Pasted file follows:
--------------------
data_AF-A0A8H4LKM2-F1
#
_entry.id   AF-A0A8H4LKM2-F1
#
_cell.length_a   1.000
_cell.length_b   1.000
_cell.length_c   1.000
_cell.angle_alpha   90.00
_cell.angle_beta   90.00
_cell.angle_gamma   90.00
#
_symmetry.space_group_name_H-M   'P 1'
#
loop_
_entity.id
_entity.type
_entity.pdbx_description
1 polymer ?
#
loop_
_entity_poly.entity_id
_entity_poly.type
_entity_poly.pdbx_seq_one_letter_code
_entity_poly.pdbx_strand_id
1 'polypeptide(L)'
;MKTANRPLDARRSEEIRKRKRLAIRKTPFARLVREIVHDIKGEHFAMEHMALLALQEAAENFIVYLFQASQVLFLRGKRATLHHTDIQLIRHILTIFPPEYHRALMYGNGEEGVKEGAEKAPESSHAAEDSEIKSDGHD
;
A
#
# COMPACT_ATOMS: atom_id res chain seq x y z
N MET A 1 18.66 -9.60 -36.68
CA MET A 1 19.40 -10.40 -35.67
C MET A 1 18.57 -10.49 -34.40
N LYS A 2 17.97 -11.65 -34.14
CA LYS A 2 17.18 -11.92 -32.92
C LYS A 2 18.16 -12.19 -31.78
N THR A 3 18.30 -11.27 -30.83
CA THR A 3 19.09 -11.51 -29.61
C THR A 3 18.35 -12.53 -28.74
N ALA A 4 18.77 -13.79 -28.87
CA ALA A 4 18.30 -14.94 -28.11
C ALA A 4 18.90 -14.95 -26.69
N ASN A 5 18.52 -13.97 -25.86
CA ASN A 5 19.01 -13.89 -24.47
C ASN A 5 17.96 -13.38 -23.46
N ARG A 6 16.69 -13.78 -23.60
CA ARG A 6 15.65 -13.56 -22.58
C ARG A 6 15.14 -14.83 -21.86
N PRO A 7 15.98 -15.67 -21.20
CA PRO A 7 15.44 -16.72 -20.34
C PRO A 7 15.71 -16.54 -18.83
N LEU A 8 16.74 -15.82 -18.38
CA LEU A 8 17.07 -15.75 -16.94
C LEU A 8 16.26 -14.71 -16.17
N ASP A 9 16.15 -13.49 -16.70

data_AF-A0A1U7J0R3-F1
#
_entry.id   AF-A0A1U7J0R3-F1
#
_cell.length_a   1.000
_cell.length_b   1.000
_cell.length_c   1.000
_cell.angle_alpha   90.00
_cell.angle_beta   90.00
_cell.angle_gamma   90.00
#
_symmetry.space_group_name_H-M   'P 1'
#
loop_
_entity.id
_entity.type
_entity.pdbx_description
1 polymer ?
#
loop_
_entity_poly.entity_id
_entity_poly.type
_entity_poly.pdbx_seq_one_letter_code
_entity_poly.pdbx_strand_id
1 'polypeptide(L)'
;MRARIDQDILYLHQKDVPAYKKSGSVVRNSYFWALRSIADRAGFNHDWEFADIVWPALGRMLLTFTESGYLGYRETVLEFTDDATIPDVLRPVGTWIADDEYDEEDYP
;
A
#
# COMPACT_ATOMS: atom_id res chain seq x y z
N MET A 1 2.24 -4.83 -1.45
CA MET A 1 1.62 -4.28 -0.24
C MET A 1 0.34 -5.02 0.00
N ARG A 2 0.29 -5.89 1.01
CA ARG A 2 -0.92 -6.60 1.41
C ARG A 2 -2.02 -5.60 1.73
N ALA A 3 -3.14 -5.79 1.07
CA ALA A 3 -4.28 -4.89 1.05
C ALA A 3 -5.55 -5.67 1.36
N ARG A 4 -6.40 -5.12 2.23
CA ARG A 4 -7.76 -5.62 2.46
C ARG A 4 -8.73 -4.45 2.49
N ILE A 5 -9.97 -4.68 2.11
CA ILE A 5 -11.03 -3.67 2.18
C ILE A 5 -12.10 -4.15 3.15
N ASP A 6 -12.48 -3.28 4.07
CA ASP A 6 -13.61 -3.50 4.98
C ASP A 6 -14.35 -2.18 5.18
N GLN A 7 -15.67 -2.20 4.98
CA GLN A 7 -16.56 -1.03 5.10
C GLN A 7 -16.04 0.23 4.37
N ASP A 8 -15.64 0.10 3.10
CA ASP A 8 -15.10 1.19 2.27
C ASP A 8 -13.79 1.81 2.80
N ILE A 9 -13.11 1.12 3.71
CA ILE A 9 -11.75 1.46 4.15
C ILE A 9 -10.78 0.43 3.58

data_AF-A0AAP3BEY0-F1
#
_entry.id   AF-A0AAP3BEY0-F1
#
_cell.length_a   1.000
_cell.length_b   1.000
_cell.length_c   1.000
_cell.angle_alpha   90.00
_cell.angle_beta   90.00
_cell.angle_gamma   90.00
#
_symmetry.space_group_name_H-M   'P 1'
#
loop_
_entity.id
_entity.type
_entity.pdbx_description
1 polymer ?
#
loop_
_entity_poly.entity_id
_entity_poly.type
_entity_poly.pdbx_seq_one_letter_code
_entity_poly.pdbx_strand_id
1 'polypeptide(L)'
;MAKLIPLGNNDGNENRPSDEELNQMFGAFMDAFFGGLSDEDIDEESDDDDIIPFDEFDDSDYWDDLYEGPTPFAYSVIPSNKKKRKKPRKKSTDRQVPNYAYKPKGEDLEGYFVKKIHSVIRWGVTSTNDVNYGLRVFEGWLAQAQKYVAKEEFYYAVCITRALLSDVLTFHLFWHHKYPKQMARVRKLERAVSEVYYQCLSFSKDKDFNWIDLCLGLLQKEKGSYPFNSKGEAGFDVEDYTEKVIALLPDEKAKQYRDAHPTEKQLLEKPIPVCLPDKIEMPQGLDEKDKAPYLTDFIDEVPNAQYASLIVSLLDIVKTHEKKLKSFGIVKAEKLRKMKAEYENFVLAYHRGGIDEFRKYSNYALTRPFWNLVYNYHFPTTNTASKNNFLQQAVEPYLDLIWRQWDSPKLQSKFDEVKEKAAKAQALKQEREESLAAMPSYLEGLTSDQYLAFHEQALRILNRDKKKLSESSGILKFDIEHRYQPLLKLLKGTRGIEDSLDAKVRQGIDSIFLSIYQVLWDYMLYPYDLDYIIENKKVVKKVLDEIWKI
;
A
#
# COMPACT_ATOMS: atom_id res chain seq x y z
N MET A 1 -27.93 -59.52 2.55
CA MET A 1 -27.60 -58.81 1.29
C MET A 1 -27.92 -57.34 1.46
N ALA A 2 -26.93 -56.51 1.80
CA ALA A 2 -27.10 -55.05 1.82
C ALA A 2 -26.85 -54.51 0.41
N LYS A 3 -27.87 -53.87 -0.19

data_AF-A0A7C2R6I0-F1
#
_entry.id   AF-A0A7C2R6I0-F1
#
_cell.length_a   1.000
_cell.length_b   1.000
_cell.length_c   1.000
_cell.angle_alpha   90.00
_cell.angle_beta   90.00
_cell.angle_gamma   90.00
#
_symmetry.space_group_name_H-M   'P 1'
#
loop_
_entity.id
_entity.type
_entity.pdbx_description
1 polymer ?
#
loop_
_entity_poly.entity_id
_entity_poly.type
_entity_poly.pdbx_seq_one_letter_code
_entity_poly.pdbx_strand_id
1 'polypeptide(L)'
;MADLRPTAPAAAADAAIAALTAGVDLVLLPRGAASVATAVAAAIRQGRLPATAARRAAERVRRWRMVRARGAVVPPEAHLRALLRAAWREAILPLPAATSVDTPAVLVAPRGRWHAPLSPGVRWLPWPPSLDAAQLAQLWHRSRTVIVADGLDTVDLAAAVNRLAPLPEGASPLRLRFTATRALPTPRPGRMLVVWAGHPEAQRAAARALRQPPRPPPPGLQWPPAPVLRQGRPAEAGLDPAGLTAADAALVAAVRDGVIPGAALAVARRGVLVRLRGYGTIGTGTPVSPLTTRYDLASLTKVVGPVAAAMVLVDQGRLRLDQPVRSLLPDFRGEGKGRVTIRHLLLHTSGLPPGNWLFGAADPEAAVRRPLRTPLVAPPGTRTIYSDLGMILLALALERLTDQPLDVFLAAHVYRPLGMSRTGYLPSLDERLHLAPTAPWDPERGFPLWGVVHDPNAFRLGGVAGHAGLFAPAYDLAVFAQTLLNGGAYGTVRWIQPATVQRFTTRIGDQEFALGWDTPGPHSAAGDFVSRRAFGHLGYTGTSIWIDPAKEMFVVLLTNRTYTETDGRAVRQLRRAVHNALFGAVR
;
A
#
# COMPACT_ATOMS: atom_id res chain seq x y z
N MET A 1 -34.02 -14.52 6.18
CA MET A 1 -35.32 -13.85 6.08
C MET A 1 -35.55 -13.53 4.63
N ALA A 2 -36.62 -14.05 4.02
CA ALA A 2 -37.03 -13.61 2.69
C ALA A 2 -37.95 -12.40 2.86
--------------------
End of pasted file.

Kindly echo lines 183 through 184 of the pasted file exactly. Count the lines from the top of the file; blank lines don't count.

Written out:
N ALA A 2 -36.62 -14.05 4.02
CA ALA A 2 -37.03 -13.61 2.69